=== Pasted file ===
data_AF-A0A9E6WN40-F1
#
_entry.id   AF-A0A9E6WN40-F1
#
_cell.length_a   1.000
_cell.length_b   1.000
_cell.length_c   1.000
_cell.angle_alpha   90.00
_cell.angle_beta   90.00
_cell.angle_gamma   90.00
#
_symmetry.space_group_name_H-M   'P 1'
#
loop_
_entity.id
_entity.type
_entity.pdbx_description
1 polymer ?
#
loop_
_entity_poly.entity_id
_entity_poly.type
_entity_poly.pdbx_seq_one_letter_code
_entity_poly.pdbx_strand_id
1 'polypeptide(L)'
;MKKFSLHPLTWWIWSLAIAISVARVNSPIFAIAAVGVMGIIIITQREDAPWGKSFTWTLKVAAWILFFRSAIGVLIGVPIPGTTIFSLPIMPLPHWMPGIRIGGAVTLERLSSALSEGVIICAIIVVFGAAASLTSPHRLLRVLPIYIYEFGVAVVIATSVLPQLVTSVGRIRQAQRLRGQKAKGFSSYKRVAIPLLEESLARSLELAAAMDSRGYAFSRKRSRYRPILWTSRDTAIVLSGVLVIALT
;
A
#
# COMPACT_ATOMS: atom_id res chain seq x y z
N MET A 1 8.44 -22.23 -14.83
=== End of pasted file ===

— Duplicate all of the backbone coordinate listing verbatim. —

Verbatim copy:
data_AF-A0A9E6WN40-F1
#
_entry.id   AF-A0A9E6WN40-F1
#
_cell.length_a   1.000
_cell.length_b   1.000
_cell.length_c   1.000
_cell.angle_alpha   90.00
_cell.angle_beta   90.00
_cell.angle_gamma   90.00
#
_symmetry.space_group_name_H-M   'P 1'
#
loop_
_entity.id
_entity.type
_entity.pdbx_description
1 polymer ?
#
loop_
_entity_poly.entity_id
_entity_poly.type
_entity_poly.pdbx_seq_one_letter_code
_entity_poly.pdbx_strand_id
1 'polypeptide(L)'
;MKKFSLHPLTWWIWSLAIAISVARVNSPIFAIAAVGVMGIIIITQREDAPWGKSFTWTLKVAAWILFFRSAIGVLIGVPIPGTTIFSLPIMPLPHWMPGIRIGGAVTLERLSSALSEGVIICAIIVVFGAAASLTSPHRLLRVLPIYIYEFGVAVVIATSVLPQLVTSVGRIRQAQRLRGQKAKGFSSYKRVAIPLLEESLARSLELAAAMDSRGYAFSRKRSRYRPILWTSRDTAIVLSGVLVIALT
;
A
#
# COMPACT_ATOMS: atom_id res chain seq x y z
N MET A 1 8.44 -22.23 -14.83